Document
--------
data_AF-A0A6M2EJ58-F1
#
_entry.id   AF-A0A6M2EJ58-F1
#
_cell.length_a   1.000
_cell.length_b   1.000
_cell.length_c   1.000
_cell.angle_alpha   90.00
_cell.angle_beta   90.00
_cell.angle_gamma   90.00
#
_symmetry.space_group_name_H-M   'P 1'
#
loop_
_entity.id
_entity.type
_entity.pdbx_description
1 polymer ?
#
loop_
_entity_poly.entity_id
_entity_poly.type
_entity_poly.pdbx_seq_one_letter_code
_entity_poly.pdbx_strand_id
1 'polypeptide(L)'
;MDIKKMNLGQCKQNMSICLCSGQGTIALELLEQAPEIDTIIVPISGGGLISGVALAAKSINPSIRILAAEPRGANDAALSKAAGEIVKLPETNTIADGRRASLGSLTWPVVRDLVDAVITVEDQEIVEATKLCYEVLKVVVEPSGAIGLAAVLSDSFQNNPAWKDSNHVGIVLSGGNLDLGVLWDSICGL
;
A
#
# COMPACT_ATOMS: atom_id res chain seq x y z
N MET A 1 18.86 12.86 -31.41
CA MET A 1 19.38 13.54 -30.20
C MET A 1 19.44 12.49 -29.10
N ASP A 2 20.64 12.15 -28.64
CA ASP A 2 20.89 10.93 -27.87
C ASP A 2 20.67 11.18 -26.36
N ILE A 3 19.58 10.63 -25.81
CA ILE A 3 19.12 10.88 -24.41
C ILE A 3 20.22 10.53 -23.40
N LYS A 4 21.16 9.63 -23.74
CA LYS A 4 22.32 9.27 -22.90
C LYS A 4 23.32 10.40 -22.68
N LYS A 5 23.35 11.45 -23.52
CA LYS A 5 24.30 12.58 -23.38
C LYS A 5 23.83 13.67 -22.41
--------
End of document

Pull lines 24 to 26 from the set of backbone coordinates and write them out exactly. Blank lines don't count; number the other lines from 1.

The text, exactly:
_entity_poly.pdbx_strand_id
1 'polypeptide(L)'
;MDIKKMNLGQCKQNMSICLCSGQGTIALELLEQAPEIDTIIVPISGGGLISGVALAAKSINPSIRILAAEPRGANDAALSKAAGEIVKLPETNTIADGRRASLGSLTWPVVRDLVDAVITVEDQEIVEATKLCYEVLKVVVEPSGAIGLAAVLSDSFQNNPAWKDSNHVGIVLSGGNLDLGVLWDSICGL